By Christmas Day, the Russians were virtually on the outskirts of Budapest and on 29 December, Malinovsky sent two officers into the city to offer surrender terms which were quickly rejected by the Germans. Both officers were accidentally killed on the way back but the Russians accused the Germans of killing their men on purpose. In January 1945, the Germans launched their three-part counter-offensive called Operation Konrad. Part I was launched on 1 January 1945 but was halted by 12 January. Part II was launched on 7 January but was also quickly stopped.

The Axis troops offered strong resistance but began to run out of food and water and soldiers even started eating their horses. By the middle of January, the important landmark Csepel Island was taken by the Soviets and on 17 January, the Germans withdrew troops from Pest to try and defend Buda. The following day, the Germans destroyed all five bridges over the Danube River. Operation Konrad III was launched on the same day and made some progress in the following 8 days.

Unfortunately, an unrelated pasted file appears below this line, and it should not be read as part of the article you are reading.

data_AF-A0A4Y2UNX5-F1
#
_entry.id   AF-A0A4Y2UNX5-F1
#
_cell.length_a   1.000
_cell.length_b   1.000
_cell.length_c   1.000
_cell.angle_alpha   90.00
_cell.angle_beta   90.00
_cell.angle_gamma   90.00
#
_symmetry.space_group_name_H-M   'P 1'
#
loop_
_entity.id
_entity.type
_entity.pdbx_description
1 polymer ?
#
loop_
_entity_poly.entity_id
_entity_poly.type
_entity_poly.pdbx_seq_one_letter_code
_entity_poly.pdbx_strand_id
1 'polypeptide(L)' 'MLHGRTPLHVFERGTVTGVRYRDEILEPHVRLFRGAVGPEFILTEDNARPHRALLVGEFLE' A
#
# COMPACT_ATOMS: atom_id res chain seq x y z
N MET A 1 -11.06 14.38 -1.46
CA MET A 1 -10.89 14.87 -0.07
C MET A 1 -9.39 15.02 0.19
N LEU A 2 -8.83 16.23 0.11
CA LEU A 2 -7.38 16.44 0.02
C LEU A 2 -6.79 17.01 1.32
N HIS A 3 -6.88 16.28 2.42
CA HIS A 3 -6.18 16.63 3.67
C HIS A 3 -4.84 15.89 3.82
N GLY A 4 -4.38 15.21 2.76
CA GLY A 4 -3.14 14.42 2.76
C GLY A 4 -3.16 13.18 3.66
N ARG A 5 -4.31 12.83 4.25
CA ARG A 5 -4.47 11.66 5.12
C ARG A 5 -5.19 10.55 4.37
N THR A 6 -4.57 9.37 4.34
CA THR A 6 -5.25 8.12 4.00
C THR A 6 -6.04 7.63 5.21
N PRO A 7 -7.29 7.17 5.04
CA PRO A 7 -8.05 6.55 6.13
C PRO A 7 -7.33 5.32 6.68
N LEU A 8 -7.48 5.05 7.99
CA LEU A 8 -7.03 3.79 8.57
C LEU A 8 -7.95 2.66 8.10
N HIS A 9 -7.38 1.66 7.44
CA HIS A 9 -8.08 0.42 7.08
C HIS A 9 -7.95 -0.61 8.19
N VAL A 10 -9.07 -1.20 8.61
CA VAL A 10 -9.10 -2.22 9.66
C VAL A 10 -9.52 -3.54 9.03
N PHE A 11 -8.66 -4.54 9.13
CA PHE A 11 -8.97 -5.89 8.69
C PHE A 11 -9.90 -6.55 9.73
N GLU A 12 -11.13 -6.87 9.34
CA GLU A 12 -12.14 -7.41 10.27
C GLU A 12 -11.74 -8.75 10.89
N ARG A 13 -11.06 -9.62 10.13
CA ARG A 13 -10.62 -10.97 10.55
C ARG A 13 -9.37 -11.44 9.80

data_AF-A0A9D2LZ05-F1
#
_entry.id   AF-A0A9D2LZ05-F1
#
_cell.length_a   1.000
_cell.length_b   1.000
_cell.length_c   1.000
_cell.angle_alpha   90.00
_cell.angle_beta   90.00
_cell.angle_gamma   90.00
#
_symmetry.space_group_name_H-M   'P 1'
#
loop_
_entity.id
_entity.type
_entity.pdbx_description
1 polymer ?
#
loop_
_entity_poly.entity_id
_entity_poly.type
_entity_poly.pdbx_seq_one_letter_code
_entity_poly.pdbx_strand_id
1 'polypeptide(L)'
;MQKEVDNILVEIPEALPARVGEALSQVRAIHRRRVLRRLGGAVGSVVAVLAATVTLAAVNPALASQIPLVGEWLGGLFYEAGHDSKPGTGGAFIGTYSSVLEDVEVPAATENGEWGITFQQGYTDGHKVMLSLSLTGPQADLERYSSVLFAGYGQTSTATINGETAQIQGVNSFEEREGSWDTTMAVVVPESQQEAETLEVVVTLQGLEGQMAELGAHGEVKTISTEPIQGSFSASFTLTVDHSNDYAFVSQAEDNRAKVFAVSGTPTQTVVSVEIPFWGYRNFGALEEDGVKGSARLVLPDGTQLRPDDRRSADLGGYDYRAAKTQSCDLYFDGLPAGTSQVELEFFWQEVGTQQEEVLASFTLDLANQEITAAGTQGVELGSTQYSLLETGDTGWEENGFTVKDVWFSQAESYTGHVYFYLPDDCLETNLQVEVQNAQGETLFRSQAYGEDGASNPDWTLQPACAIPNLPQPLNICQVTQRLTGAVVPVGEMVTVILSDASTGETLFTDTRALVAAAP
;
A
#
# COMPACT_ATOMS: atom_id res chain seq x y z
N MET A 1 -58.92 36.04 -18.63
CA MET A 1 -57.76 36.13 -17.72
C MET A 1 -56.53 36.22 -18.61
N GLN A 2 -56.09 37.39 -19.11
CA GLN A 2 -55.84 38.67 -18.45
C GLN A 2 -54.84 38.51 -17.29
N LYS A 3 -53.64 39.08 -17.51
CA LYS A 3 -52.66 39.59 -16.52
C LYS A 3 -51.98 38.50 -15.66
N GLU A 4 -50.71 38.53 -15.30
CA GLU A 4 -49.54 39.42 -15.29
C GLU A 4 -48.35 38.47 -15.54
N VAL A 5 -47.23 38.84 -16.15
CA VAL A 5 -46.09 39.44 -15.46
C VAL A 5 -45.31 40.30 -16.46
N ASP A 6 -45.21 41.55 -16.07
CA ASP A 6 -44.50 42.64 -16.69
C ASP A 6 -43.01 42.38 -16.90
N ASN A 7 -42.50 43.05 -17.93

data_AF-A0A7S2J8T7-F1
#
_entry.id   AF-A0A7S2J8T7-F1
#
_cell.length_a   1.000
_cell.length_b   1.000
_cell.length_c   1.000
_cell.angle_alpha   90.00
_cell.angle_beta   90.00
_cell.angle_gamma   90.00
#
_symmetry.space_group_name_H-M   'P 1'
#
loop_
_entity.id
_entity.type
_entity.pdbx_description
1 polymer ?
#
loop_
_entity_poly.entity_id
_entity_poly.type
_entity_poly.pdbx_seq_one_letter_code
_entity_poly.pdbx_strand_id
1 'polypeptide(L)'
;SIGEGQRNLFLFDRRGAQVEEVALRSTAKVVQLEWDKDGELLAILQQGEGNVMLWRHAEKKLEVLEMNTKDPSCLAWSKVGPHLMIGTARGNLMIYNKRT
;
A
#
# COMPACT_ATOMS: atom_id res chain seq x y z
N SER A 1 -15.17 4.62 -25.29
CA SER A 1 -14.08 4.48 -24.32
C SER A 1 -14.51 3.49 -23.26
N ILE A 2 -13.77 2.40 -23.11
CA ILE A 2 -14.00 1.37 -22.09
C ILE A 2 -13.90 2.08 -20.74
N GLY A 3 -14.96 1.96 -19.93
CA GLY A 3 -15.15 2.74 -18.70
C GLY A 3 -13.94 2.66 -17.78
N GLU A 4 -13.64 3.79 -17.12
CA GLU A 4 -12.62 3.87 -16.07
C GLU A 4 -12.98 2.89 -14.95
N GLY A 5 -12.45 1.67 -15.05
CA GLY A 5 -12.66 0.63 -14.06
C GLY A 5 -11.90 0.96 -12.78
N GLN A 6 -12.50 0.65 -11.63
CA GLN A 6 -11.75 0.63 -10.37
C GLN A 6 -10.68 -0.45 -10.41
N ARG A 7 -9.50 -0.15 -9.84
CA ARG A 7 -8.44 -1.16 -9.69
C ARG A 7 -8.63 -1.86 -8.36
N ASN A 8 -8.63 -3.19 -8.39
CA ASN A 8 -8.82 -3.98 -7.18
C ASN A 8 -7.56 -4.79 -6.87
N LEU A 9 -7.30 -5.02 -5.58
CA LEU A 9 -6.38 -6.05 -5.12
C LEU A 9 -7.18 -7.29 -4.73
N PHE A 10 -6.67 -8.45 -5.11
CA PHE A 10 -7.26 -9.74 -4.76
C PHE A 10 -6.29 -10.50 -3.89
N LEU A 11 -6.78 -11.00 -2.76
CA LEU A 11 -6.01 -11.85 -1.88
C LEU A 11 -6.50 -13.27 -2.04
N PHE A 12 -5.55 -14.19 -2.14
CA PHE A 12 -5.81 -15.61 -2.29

Stalin the ordered his troops to maintain their position no matter the cost and the German offensive began to dwindle due to lack of resources and fatigue. Hitler rejected a request from the defenders to surrender and on 28 January, the Germans abandoned most of their territory in the city. After a final stand at Buda, the Soviets finally took control of the city on 11 February. Three waves of German and Hungarian troops tried one last desperate escape and while most of the first wave was successful, the majority of the remaining troops were killed or captured. The last defenders surrendered on 13 February. When the dust settled, over 130,000 people died (including 38,000 civilians) and over 60,000 Axis troops were captured.